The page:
42 - The Jackie Robinson Story
When Jackie Robinson starred as himself in the 1950 film "The Jackie Robinson Story," his struggle was presented as noble and free of foul-mouthed rancor, and his character was drawn as nothing less than saintly.
In "42," the man and his story are given more a more realistic, more complex treatment. Robinson (brilliantly played by Chadwick Boseman) is brought out of the Negro League and into the Major Leagues by businessman and visionary Branch Rickey (Harrison Ford). As the first African-American to play on a Major League team, Robinson endures the racist attitudes, taunts, slurs, and sharpened cleats of not only his fellow Brooklyn Dodgers teammates, but players from the other major league teams as well -- not to mention the fans.
In many ways, Robinson's story parallels the story we might expect to see, in theory, with an openly gay NFL or Major League player (how many anti-gay epithets have we heard from athletes and sportscasters, and how many times have we heard talking heads fret that an openly gay football player would have a hard time from the fans?). If that really were to be the case, that pioneer would have to have the cast-iron constitution Robinson had: The courage, faith, and forbearance not to swear back or knock some bigot's teeth down his throat, but to comport himself with absolute dignity at all times, however he might seethe inside.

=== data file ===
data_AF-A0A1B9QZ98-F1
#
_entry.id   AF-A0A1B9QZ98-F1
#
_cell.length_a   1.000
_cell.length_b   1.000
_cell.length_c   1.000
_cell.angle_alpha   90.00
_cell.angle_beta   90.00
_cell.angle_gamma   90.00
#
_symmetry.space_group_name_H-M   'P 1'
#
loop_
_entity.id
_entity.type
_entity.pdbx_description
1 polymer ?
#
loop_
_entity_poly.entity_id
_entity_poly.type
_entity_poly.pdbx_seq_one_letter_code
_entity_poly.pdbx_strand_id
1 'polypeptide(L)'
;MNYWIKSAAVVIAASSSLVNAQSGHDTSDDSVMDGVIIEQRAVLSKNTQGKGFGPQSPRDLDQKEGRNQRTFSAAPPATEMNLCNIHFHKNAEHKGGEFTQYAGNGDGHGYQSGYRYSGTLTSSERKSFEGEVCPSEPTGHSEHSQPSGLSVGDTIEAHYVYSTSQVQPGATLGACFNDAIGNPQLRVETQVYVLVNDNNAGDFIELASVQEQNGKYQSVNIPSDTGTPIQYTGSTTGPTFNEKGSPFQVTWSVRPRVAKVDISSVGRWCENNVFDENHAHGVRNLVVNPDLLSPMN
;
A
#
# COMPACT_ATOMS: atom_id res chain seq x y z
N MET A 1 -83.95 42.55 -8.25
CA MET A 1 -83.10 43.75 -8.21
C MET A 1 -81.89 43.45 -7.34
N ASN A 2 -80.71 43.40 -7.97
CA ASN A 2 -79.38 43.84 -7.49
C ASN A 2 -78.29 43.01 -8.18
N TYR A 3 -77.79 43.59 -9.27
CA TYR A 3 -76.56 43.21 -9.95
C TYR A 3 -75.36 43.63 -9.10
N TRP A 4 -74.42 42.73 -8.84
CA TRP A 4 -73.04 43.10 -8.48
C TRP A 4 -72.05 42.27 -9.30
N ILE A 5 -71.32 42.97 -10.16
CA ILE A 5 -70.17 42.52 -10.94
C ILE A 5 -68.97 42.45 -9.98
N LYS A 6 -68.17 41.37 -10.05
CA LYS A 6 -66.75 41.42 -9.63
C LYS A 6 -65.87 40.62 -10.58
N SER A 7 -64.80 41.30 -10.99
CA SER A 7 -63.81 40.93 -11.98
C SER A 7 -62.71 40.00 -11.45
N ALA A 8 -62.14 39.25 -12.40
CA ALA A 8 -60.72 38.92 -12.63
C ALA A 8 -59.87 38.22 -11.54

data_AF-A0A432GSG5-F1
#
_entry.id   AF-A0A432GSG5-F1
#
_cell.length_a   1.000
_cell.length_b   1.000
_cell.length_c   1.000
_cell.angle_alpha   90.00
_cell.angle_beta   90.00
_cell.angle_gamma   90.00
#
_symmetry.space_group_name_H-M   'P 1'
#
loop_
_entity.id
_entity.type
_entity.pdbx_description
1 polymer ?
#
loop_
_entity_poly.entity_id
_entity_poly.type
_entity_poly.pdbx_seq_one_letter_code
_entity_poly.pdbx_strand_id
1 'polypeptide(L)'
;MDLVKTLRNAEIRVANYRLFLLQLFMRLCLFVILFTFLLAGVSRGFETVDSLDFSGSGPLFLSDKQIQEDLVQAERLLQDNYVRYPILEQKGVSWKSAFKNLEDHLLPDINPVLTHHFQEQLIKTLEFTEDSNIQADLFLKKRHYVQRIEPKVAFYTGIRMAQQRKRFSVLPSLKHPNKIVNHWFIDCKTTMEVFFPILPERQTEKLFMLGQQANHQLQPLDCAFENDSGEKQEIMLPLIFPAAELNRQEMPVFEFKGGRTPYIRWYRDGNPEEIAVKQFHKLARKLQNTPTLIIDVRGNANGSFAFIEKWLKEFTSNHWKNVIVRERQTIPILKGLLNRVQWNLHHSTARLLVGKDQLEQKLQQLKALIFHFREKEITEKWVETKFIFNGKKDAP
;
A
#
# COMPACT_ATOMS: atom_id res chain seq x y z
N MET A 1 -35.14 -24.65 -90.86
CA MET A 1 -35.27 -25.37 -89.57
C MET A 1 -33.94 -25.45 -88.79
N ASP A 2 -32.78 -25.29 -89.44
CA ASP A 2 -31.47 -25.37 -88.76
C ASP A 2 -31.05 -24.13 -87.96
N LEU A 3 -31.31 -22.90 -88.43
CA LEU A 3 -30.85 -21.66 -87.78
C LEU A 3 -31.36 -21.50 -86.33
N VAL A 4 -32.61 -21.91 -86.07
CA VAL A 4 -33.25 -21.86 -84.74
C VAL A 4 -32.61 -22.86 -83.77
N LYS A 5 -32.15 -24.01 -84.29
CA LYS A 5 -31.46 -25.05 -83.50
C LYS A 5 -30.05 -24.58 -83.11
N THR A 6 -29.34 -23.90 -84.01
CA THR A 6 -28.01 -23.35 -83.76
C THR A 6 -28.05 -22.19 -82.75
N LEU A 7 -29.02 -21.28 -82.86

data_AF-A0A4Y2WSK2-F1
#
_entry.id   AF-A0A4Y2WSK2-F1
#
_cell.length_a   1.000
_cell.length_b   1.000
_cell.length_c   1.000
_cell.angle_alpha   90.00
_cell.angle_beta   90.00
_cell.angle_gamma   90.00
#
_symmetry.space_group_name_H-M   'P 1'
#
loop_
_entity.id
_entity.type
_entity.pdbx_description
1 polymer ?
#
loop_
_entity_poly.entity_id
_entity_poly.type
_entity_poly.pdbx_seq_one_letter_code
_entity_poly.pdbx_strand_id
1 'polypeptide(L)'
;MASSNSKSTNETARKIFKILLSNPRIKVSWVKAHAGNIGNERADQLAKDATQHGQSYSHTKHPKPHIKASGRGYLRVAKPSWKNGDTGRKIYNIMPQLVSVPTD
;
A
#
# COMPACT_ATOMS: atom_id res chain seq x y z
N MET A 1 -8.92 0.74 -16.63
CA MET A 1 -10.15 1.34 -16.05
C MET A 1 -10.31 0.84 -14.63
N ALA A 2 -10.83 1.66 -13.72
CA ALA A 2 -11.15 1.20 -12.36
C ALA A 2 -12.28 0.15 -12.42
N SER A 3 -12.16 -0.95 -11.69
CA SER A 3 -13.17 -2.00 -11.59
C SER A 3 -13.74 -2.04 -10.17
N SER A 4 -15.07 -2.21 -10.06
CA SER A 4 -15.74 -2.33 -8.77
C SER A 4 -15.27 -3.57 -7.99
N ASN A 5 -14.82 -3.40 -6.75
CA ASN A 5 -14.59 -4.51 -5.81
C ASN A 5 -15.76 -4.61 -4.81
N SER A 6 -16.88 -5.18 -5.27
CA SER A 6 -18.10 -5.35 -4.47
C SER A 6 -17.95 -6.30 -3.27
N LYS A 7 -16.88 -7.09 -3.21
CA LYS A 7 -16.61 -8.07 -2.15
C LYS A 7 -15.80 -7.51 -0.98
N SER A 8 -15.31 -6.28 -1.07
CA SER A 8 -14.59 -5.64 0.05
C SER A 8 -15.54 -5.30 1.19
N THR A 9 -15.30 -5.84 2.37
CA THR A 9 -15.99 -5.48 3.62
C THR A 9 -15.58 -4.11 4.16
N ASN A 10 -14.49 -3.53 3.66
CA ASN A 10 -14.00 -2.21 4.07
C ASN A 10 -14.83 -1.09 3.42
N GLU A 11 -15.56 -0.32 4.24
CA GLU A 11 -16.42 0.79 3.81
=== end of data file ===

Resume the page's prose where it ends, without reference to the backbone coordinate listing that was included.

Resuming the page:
While the new film hardly shies from giving us a good look at the ugly face white America showed Robinson (one scene featuring Alan Tudyk as Phillies manager Ben Chapman piling a scorching string of obscene and racist comments onto Robinson right on the diamond is enough to make you flinch), it's nonetheless somewhat sentimentalized. So be it; that's what we do when it comes to our heroes -- and Jackie Robinson was definitely one of our great heroes. More than that, Robinson distinguished himself as one of the all-time great baseball players, full stop. He proved to a skeptical, and often quite racist, nation that talent, drive, and ambition know no color lines.
This Blu-ray / DVD Combo pack, on the other hand, proves only that the ongoing pressure on consumers to upgrade to Blu-ray has hardly abated. Only one special feature is to be found on the set's DVD disc, a 25-minute featurette titled "Stepping into History" that celebrates the cast -- especially Boseman and Ford.
The Blu-ray disc contains the high-def version of the film plus two more featurettes: "Full-Contact Baseball" and "The Legacy of the Number 42" (Robinson's number is the first to be fully retired across all Major League teams).
As someone with a closet full to bursting wit DVDs, I can tell you there's not really much out there that qualifies as "must own." For baseball fanatics, however, "42" fits readily into that category.